Over at Baseball America, Jim Callis posted an update on his top twenty draft prospects for the coming June. Max Scherzer's low ranking comes in as a bit of a surprise, but given his injury, the Missouri right-hander might now be a reach for the Colorado Rockies, drafting second. My current belief is that the organization should go with Brandon Morrow, the pitcher least dependent on a breaking pitch of those in consideration. Coors Field has never mixed well with breaking balls, but it's hard to imagine Morrow's power splitter being too affected by the thin air.
The most surprising inclusion on the list is probably Brett Sinkbeil, a player we talked about last summer from the Cape Cod League pitching well for Missouri State. Sinkbeil is a tall, lanky right-hander that projects well to add velocity as he fills out. As of right now, he has good control of a sinking, 90-94 mph pitch. His specific draft selection will depend upon the improvements of his secondary stuff this spring. In my preseason talks with Missouri State pitching coach Paul Evans, he said that as a sophomore, Brett had "difficulties finishing off hitters when he got to 2-strike counts." If Sinkbeil shows scouts he can throw his slider for strikes, and trusts his change-up enough, Callis' ranking indicates a first round selection isn't out of the picture.
Tim Lincecum is third on this list, and at this point in time, I'd guess he is drafted by the Seattle Mariners. Thanks to hometown ties -- as well as the M's being the least frugal team in the top five -- the pick makes sense. Also, one spot ahead, don't be shocked if the Pirates grab right-hander Kyle Drabek. Or, at least, you can bet he would be the marketing department's selection, given his familial ties with a certain former Bucs' ace.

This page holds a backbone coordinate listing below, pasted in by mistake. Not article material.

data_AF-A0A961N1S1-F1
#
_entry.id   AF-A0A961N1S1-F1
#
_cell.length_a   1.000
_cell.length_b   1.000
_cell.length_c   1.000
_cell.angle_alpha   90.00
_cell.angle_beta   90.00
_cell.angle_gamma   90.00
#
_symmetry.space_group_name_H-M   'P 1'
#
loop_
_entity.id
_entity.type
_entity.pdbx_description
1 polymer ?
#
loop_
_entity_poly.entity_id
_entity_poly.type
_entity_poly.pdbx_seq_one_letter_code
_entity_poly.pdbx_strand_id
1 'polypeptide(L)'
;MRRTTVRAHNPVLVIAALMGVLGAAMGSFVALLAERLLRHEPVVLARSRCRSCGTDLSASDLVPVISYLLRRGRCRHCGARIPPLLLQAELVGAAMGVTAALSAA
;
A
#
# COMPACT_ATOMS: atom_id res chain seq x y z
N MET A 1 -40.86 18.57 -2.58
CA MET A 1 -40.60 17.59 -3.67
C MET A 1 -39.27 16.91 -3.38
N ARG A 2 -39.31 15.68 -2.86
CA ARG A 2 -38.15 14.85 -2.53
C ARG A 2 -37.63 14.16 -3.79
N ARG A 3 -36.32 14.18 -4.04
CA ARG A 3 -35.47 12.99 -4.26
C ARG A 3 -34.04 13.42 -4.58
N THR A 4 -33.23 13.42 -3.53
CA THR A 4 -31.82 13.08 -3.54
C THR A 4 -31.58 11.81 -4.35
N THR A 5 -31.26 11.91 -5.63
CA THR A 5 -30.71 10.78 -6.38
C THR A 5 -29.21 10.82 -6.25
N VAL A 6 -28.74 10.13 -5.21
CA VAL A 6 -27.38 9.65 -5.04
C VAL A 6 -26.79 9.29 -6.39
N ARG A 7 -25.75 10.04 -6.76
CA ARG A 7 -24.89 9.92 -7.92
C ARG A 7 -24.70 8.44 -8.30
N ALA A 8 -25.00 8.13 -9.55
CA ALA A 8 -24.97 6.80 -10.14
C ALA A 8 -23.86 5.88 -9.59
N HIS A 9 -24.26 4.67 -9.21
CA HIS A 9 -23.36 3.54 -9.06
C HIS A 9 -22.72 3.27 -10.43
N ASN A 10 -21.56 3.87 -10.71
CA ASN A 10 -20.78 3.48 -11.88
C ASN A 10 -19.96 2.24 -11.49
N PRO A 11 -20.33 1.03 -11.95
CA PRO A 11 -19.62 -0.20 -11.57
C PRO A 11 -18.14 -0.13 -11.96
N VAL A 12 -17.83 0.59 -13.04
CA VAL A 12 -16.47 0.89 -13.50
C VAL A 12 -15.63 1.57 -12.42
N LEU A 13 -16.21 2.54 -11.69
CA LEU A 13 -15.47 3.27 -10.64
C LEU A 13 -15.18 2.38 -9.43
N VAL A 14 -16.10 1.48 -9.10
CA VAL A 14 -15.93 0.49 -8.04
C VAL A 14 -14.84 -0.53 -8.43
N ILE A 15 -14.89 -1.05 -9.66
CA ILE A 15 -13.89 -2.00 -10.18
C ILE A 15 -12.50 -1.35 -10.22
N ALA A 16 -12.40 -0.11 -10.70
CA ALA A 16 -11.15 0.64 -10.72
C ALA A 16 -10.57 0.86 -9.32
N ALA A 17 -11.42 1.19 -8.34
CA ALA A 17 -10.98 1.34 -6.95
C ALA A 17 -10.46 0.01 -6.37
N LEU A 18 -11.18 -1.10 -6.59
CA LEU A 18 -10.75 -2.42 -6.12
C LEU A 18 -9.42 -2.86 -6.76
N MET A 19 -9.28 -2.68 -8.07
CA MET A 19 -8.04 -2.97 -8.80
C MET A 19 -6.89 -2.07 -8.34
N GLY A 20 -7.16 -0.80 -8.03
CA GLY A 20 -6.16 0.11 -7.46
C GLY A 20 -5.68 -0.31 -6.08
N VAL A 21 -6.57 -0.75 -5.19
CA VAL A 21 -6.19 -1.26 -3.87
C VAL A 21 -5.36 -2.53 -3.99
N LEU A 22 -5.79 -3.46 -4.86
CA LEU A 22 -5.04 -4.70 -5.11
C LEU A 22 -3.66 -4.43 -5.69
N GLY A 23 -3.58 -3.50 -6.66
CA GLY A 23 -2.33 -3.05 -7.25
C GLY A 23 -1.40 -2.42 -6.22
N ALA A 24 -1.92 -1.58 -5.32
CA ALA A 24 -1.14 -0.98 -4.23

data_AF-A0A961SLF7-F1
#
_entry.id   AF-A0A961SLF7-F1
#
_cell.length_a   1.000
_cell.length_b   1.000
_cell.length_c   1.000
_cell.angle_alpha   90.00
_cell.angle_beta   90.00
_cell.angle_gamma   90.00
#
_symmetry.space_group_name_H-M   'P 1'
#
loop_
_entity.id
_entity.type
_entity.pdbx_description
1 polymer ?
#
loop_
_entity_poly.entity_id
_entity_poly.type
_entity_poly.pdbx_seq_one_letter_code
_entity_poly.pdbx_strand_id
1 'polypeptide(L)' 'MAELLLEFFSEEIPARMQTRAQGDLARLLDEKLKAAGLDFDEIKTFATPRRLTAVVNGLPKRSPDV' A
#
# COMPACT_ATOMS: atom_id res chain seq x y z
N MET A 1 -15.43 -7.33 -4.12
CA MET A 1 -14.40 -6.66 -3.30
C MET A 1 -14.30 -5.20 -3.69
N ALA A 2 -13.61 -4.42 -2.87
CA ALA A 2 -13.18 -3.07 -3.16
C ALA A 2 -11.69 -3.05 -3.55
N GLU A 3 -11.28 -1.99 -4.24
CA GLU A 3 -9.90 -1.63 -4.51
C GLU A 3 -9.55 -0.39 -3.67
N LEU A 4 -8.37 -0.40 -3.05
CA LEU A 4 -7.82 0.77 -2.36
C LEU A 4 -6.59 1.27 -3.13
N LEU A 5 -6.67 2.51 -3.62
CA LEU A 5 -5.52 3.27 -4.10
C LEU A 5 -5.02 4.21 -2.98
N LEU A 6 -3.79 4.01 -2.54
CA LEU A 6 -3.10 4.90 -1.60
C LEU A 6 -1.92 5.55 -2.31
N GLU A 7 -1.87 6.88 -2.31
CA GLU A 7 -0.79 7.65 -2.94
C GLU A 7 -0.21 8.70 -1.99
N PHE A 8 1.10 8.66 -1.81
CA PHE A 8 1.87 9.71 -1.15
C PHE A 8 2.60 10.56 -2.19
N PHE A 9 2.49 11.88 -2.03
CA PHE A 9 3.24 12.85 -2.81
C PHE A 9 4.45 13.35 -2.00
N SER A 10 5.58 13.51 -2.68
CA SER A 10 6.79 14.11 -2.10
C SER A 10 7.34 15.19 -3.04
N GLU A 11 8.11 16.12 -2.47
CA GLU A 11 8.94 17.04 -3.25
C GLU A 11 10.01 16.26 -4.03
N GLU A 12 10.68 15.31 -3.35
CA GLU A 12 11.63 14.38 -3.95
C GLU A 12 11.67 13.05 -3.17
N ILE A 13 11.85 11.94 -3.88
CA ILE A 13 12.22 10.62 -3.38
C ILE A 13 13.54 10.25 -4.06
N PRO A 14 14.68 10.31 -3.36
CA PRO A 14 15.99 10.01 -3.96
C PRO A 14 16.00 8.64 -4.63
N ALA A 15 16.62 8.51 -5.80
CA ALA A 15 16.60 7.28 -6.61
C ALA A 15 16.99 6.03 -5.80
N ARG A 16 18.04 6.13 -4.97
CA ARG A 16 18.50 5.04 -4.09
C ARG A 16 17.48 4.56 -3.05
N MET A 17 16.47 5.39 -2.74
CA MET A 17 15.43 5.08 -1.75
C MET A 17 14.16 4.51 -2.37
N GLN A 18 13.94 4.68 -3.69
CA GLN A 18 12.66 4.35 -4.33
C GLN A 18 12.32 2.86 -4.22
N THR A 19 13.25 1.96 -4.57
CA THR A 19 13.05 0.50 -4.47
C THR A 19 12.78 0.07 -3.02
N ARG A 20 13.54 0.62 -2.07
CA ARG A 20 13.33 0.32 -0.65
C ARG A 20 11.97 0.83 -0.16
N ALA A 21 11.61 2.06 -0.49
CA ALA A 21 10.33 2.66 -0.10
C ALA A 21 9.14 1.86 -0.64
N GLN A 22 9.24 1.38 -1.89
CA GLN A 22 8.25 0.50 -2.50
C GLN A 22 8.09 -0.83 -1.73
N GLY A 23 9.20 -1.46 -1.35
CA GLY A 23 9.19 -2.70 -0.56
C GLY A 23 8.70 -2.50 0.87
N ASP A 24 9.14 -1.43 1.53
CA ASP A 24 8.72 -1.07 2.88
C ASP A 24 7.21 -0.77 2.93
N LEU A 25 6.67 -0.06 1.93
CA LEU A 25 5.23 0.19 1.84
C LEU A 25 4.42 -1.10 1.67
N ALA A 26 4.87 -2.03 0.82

Sadly, Francisco Liriano allowed his first earned run of the season Wednesday, as a walk, steal and single brought his ERA up to 0.96. Nonetheless, Liriano has been one of the most impressive young players in all of baseball thus far, boasting a 3.0 G/F ratio to go with his 14.5 K/9 rate. Apparently, hitters have trouble with sliders that can touch 92 mph.
Also on Wednesday, viewers were treated to the best Javier Vazquez outing in years, as the White Sox newest right-hander took a no-hitter into the seventh inning. The end? A check-swing single by Doug Mientkiewicz that simply would not roll foul, as much as Joe Crede willed it to do so. Vazquez was in complete control in the outing, mixing pinpoint fastball control with a devastating curve and change. This came just a day after Jose Contreras' dominating outing; with Roger Clemens out of baseball, Contreras has the game's best splitter. He's my dark horse Cy Young pick.
But back to Mientkiewicz, who would be hitting .205 had his check swing been brought back an inch more. Meanwhile, Justin Huber is batting .372/.481/.814 in the Pacific Coast League. As much as some have attempted to justify the Royals winter veteran movement, the presence of third-tier thirtysomethings will not help in the win column. Instead, it will force good players like Huber into building a bit too much into their minor league credentials.
And Royals fans shouldn't be totally hopeless. Thanks to one of the best journalistic articles of the young baseball season, we learn that Zack Greinke is progressing back towards pitching in 2006. Greinke, Andrew Miller, Alex Gordon and Billy Butler. It's a start.